Difference in frequencies
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  1. #1
    Northwest Georgia

    Sep 2006
    Northwest Georgia
    White's 6000 Di Pro sl
    44
    1 times

    Difference in frequencies

    I am fairly new to md'ing and was wondering what the difference is in different frequency in different detectors. The DFX from whites says it has 3 kHz or 15 kHz or use both together.The Tesoro Tejon is a 17.5 kHz frequency and is said to be a good relic hunting machine. What I don't understand is, is a higher frequency better for hunting relics and why if so, and what are lower frequency detectors good at finding? Or does it really matter? Thanks for any help
      Matthew 6:19-20

  2. #2

    Feb 2004
    Colorado
    GS5 X-5 GMT
    1,268
    169 times

    Re: Difference in frequencies

    I really hate it when no one responds to a thread. Here is my 2 cents.
    Don't worry about frequency unless you are gold nugget hunting.

    The following below is by Steve H.

    "The higher the operating frequency of the detector, the more sensitive it will be to small gold, but with the penalty of also being more sensitive to iron minerals. This can result in more false signaling and difficulty of operation in highly iron mineralized areas. Lower frequency detectors are generally less sensitive to small nuggets, but handle iron ground better. Frequencies on today's nugget detectors range from a low of 6.4kHz to a high of 71kHz. Pulse induction (PI) detectors are a special type of unit that act like they are extremely low frequency detectors. PI detectors main strength is in ignoring the worst ground mineral conditions and finding large gold nuggets at maximum depths."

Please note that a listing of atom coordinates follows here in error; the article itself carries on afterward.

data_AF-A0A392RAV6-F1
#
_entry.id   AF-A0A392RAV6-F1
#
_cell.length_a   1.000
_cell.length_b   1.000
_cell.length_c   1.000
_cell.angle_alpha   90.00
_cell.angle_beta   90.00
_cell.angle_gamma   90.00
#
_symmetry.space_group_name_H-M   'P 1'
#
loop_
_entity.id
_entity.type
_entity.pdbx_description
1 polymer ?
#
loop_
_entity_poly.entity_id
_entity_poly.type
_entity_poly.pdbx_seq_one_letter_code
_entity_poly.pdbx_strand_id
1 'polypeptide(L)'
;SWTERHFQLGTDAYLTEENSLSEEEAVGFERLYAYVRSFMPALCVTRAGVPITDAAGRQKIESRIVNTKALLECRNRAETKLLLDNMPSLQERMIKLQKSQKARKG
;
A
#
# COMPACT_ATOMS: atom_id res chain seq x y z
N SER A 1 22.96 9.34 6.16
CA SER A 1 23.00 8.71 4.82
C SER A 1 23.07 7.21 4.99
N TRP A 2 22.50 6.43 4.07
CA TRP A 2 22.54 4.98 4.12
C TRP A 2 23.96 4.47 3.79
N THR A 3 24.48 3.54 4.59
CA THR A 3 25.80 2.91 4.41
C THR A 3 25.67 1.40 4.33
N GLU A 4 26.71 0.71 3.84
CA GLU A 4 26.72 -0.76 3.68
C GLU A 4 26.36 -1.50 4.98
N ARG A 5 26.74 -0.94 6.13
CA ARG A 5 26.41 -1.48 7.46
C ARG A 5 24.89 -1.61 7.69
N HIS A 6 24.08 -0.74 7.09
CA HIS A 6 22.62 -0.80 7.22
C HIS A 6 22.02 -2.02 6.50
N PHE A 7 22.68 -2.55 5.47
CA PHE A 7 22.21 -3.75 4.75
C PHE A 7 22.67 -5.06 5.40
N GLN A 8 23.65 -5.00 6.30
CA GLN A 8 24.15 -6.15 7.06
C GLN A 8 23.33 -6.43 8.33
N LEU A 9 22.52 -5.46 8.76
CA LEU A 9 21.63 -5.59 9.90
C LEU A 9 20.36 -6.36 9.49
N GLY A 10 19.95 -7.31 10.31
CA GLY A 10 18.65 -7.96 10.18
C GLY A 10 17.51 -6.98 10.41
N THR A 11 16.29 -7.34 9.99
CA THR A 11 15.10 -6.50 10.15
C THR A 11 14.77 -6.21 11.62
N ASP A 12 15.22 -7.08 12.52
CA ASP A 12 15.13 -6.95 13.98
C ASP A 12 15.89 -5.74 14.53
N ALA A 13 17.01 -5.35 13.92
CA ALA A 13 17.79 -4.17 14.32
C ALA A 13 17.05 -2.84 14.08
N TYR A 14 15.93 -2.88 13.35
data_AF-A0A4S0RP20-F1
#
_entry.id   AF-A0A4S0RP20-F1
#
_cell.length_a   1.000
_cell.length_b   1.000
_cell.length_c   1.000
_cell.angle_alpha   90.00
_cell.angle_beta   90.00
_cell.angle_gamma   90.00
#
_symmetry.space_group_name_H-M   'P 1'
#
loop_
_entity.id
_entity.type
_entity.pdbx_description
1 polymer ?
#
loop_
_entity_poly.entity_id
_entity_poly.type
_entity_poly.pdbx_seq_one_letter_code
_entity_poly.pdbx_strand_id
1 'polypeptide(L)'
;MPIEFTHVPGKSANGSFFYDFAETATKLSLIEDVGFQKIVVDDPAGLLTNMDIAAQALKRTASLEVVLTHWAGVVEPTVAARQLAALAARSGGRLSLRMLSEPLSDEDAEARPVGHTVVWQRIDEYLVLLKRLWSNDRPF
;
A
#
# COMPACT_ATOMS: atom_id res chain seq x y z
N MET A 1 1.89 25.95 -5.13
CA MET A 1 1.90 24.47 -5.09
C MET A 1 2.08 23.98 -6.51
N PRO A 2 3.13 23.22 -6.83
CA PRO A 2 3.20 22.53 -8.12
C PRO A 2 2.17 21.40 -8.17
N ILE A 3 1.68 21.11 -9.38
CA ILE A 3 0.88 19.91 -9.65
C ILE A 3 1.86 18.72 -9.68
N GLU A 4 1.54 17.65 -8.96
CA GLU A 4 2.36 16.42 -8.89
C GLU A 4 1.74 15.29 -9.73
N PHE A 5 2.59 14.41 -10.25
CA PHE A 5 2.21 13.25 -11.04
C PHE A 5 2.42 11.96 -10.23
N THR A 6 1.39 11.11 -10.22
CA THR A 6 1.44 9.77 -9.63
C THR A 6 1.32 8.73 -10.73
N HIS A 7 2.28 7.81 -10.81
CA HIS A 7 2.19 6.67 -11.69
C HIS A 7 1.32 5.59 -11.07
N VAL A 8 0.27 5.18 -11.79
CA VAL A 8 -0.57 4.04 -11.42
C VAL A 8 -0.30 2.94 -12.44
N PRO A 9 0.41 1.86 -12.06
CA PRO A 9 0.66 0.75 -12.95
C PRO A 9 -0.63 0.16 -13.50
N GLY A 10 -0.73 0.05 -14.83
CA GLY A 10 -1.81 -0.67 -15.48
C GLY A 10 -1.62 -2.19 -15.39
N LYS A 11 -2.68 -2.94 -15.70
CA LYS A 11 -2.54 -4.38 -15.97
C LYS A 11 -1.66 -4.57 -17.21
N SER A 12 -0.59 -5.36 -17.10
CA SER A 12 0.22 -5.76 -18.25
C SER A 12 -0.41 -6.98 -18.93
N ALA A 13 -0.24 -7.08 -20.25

High frequency detectors are more sensitive for very small metal(50-60 kHz) whereas lower frequency detectors have better depth for larger objects.

    Do not get caught up in the frequency hype. Looking at a frequency( or frequencies) of a unit is not going to tell you about the performance of that unit for the uses you want. Just rely on the reputation of the unit you are looking at. The Tejon is a PROVEN great relic hunter with great depth like the Nautilus( What VLF can touch a Nautilus in depth?).

    George





















  3. #3

    Dec 2004
    1,382
    68 times

    Re: Difference in frequencies

    minelab explorer ex 2 supposedly operates on 27 frequencies at once...while i have no complaints with mine i think i would just as soon have my old garrett gmh cx 3 back with its 1 or 3 freq......gldhntr

  4. #4
    us
    Director-Search & Recovery Team of Oakland County.

    Aug 2005
    In Michigan now.
    Excal 1000, Excal II, Sovereign GT, CZ-20, Tiger Shark, Tejon, GTI 1500, Surfmaster Pulse, CZ6a, DFX, AT PRO, Fisher 1235, Surf PI Pro, 1280-X, many more because I enjoy learning them. New Garrett Ca
    13,398
    3971 times
    All Types Of Treasure Hunting

    Re: Difference in frequencies

    On some of the detectors you have a frequency knob where you change the frequency yourself. An example is the older Fisher 1235. These excel at club hunts and competition hunts.

    HH,
    Sandman
    (C) Sandman, 2005. All Rights Reserved.
    "TIME IS THE ONLY THING YOU NEVER GET BACK, WHY WASTE IT SWINGING A DETECTOR THAT ISN'T UP TO THE TASK."

  5. #5
    us
    Oct 2005
    Northern, Michigan
    willow stick
    6,797
    143 times
    eating

    Re: Difference in frequencies

    bakergeol already posted the important stuff.

    But to add my half cent to this I'd agree with bakergeol and say don't get hung-up on the frequency thing that's been blown way out of proportions today. bakergeol's post covers what we need to know.

    For most coin/relic hunters, the important things are as follows:

    1) good depth
    2) good stability
    3) good target separation
    4) good discriminational abilities
    5) good durability
    6) and it isn't a pain in the butt to listen to..pop! snap! crackle! chirp! etc., etc. gosh I hate those machines!